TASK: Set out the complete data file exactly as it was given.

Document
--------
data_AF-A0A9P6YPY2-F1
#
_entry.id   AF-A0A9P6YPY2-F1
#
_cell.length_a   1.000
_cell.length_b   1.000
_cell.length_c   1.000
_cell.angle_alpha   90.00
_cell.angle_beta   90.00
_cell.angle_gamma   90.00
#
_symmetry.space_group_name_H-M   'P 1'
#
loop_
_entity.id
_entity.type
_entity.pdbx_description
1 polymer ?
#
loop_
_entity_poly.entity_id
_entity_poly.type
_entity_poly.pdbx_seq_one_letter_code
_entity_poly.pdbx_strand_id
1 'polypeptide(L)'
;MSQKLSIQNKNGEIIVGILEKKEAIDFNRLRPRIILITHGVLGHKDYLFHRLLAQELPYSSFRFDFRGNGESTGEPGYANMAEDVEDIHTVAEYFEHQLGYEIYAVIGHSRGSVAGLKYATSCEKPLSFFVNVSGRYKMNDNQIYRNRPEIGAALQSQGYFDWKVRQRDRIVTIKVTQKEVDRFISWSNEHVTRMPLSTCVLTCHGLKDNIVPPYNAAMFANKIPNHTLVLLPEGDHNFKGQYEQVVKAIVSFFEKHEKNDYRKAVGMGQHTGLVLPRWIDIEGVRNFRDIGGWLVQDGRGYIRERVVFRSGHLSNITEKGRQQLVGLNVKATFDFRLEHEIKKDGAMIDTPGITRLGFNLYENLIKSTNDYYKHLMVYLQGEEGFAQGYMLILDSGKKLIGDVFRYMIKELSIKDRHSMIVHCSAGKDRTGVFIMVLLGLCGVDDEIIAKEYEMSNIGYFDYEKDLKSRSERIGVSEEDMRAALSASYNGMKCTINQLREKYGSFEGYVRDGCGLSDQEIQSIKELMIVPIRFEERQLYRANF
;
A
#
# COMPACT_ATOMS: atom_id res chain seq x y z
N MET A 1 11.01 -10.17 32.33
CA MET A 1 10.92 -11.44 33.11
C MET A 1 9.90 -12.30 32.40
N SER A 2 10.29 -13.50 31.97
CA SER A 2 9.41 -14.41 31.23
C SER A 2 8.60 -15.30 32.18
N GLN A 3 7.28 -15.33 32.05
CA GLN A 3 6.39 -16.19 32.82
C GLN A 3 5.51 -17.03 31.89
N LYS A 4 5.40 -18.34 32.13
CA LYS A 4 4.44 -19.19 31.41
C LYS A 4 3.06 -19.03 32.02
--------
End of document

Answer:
data_AF-A0A9P6YPY2-F1
#
_entry.id   AF-A0A9P6YPY2-F1
#
_cell.length_a   1.000
_cell.length_b   1.000
_cell.length_c   1.000
_cell.angle_alpha   90.00
_cell.angle_beta   90.00
_cell.angle_gamma   90.00
#
_symmetry.space_group_name_H-M   'P 1'
#
loop_
_entity.id
_entity.type
_entity.pdbx_description
1 polymer ?
#
loop_
_entity_poly.entity_id
_entity_poly.type
_entity_poly.pdbx_seq_one_letter_code
_entity_poly.pdbx_strand_id
1 'polypeptide(L)'
;MSQKLSIQNKNGEIIVGILEKKEAIDFNRLRPRIILITHGVLGHKDYLFHRLLAQELPYSSFRFDFRGNGESTGEPGYANMAEDVEDIHTVAEYFEHQLGYEIYAVIGHSRGSVAGLKYATSCEKPLSFFVNVSGRYKMNDNQIYRNRPEIGAALQSQGYFDWKVRQRDRIVTIKVTQKEVDRFISWSNEHVTRMPLSTCVLTCHGLKDNIVPPYNAAMFANKIPNHTLVLLPEGDHNFKGQYEQVVKAIVSFFEKHEKNDYRKAVGMGQHTGLVLPRWIDIEGVRNFRDIGGWLVQDGRGYIRERVVFRSGHLSNITEKGRQQLVGLNVKATFDFRLEHEIKKDGAMIDTPGITRLGFNLYENLIKSTNDYYKHLMVYLQGEEGFAQGYMLILDSGKKLIGDVFRYMIKELSIKDRHSMIVHCSAGKDRTGVFIMVLLGLCGVDDEIIAKEYEMSNIGYFDYEKDLKSRSERIGVSEEDMRAALSASYNGMKCTINQLREKYGSFEGYVRDGCGLSDQEIQSIKELMIVPIRFEERQLYRANF
;
A
#
# COMPACT_ATOMS: atom_id res chain seq x y z
N MET A 1 11.01 -10.17 32.33
CA MET A 1 10.92 -11.44 33.11
C MET A 1 9.90 -12.30 32.40
N SER A 2 10.29 -13.50 31.97
CA SER A 2 9.41 -14.41 31.23
C SER A 2 8.60 -15.30 32.18
N GLN A 3 7.28 -15.33 32.05
CA GLN A 3 6.39 -16.19 32.82
C GLN A 3 5.51 -17.03 31.89
N LYS A 4 5.40 -18.34 32.13
CA LYS A 4 4.44 -19.19 31.41
C LYS A 4 3.06 -19.03 32.02